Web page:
Frampton felt that the audience had decided the heavy blues rock direction that The Pie had to go in and that meant the pastoral acoustic diversity that he contributed to previous albums was no longer required. The accepted narrative is that the band’s first post-Frampton outing, 1972’s Smokin’, is a harder rocking affair but that’s only partly true. The whole album is more consistently rooted in soulful, bluesy rock but there’s still plenty of mellow diversity. So for every hard-riffing track like Fixer you get an Exile On Main Street-style rootsy outing like Old Time Feelin’.
But the standout moments of Smokin’ are undoubtedly the louder tracks. The smouldering boogie of Hot N’ Nasty, a fat riffing cover of C’Mon Everybody and the superbly greasy rocker 30 Days In The Hole are all brilliant showcases for the peerless vocal power of Steve Marriott and the guitar chemistry he forged with new recruit Clem Clempson. The mellow tracks aren’t as exciting or memorable but tracks like the Zep-blues of I Wonder impress and add crucial depth and variety.
Smokin’ lives up to its name. It’s a rockin’, feel-good time with a loose and natural production and delivery that successfully captures the band’s live prowess. A gradual, coke-fuelled decline in quality on subsequent albums makes this Humble Pie’s studio peak and ensured that the band would remain overlooked and under-rated, especially in their native UK. But fans of rootsy rockers like The Stones, The Faces and Cream (as well as more modern acolytes like The Black Crowes) should definitely check out The Pie and Smokin’ is the perfect place to start: a great band and legendary frontman at the top of their game, proving that they could rock in the studio just as well as they could in the Fillmore.
Some exciting reissue news courtesy of Relapse Records. The self-titled debut album from doom legends The Obsessed is set for a remastered re-release on November 17th 2017. It was originally released in 1990 and, despite occasional reissues here and there, has been out-of-print for years.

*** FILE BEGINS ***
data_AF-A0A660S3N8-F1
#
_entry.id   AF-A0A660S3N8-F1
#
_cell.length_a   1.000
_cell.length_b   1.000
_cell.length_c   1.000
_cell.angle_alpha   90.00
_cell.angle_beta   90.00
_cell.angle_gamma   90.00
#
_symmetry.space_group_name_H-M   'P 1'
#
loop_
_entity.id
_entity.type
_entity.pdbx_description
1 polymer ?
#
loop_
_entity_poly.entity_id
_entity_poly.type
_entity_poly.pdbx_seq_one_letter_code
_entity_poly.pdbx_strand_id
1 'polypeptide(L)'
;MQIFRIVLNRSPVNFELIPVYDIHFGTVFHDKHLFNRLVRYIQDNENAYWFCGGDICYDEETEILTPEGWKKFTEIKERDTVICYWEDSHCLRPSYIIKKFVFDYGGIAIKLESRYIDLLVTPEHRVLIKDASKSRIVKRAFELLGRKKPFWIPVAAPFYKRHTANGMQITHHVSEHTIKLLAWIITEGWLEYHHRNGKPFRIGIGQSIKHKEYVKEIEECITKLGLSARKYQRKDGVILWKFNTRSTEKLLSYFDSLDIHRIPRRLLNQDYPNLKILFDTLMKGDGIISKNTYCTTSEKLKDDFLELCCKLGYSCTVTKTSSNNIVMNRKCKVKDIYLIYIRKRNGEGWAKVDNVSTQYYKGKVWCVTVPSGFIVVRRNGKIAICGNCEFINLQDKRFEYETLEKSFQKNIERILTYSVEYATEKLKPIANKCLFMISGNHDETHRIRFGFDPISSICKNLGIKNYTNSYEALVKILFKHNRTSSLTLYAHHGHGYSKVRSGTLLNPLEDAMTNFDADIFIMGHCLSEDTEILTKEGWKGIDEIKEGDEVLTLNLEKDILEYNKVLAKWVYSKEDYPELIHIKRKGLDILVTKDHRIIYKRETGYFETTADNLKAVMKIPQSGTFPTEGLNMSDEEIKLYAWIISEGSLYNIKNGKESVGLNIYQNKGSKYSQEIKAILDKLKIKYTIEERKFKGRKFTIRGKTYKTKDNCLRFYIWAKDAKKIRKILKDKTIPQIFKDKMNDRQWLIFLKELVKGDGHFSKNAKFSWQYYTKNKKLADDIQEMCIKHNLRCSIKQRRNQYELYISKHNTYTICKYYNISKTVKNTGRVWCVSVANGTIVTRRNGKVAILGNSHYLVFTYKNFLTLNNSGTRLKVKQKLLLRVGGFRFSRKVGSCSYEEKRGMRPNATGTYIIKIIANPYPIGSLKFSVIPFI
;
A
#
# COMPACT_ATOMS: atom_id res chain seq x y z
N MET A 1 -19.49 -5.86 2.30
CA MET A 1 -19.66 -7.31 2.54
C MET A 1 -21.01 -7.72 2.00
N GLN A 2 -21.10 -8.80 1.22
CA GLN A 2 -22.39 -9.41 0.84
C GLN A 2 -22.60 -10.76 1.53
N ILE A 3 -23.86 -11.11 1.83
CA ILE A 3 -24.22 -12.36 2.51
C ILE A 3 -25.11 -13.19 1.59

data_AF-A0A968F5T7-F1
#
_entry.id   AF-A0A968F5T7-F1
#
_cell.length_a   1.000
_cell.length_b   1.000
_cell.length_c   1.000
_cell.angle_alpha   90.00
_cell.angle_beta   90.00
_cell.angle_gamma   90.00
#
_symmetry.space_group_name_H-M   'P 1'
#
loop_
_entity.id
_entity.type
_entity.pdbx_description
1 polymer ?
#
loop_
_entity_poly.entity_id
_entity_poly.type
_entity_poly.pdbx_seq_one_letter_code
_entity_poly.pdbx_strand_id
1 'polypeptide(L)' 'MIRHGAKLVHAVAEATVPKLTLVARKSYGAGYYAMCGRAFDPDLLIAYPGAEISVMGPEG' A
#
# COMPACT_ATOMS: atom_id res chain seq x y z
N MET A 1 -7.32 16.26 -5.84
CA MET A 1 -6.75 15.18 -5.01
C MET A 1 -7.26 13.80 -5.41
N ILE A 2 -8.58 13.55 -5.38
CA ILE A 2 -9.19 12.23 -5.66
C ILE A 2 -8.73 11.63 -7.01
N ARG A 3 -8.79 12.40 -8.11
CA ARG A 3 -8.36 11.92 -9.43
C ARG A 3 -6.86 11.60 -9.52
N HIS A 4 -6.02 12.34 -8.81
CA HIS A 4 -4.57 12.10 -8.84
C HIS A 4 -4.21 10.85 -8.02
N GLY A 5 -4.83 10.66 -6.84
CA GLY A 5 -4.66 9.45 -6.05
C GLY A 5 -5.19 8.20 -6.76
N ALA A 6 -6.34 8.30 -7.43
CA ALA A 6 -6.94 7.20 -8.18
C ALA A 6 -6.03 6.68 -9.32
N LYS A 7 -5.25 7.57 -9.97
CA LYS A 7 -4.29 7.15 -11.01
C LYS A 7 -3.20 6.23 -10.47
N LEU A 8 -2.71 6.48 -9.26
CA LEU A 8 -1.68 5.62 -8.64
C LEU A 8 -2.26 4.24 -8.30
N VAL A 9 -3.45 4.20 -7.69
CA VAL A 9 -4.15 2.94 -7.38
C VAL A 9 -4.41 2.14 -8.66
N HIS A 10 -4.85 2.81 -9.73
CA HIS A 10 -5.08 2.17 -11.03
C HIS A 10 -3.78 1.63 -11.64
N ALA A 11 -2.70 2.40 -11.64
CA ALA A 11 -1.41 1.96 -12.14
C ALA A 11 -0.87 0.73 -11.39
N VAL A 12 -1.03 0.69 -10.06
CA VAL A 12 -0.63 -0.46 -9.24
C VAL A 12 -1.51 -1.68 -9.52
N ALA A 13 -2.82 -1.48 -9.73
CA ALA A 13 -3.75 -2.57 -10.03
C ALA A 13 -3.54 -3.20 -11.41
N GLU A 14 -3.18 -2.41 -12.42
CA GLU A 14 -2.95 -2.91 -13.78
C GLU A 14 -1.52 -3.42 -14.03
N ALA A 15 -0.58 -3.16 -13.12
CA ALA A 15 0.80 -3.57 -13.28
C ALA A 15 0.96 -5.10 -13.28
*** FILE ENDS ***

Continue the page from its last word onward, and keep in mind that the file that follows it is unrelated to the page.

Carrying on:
It’s a big gap in my collection and one of those albums that I periodically consider shelling out for online. So this reissue is hugely welcome and a must-buy for me. And, as if the album reissue wasn’t good enough on its own, it will also come with previously unreleased bonus tracks, including a live set as well as the highly sought-after Concrete Cancer demo. It will also feature expanded artwork, never-before-seen photos, and extended liner notes from frontman Scott “Wino” Weinrich.
The classic band recently returned with their fantastic new album Sacred and this reissue just seals the deal on an excellent year for fans of Wino and doom metal.
The Obsessed will be available on 2CD, LP, 2LP, and digital formats via Relapse Records. Physical bundles and digital pre-orders are available via Relapse Records here and streaming services at this location.
In Trance was the Scorpions’ third album, their first of many with producer Dieter Dierks and their first proper hard rocker. But we’re still back in the Uli Roth years here so there’s a strange mix of styles and moods. There are real driving, hard-hitters like Dark Lady and Top Of The Bill but there are also many songs like Life’s Like A River and Living And Dying that are mystical, almost-psychedelic and loaded with melancholy. Two different kinds of heavy, basically. Scorpions’ circa 1975 show off a complex mix of styles and influences: Uli Roth’s post-Hendrix, pre-Malmsteen guitar mastery; the mellow wistfulness of UFO’s Phenomenon; the epic scope, bludgeon and layered vocal harmonies of Uriah Heep and Queen and a distinctly European/power metal vibe. The combination of Rudolf Schenker’s granite riffs and Uli Roth’s scorching leads create real sparks and edge that never appeared in other incarnations of the band. There’s so just so much to love here and tracks like the bombastic pomp-rocker In Trance and the bonkers cyber-metaller Robot Man just never get old. The Scorpions would score big later with a simpler, streamlined metal style so this strange and formative early effort isn’t in the hallmark Scorps style but it is one of their best and the album, and era, I return to the most. By a long way. And that’s why it’s my top pick from this band’s impressive discography.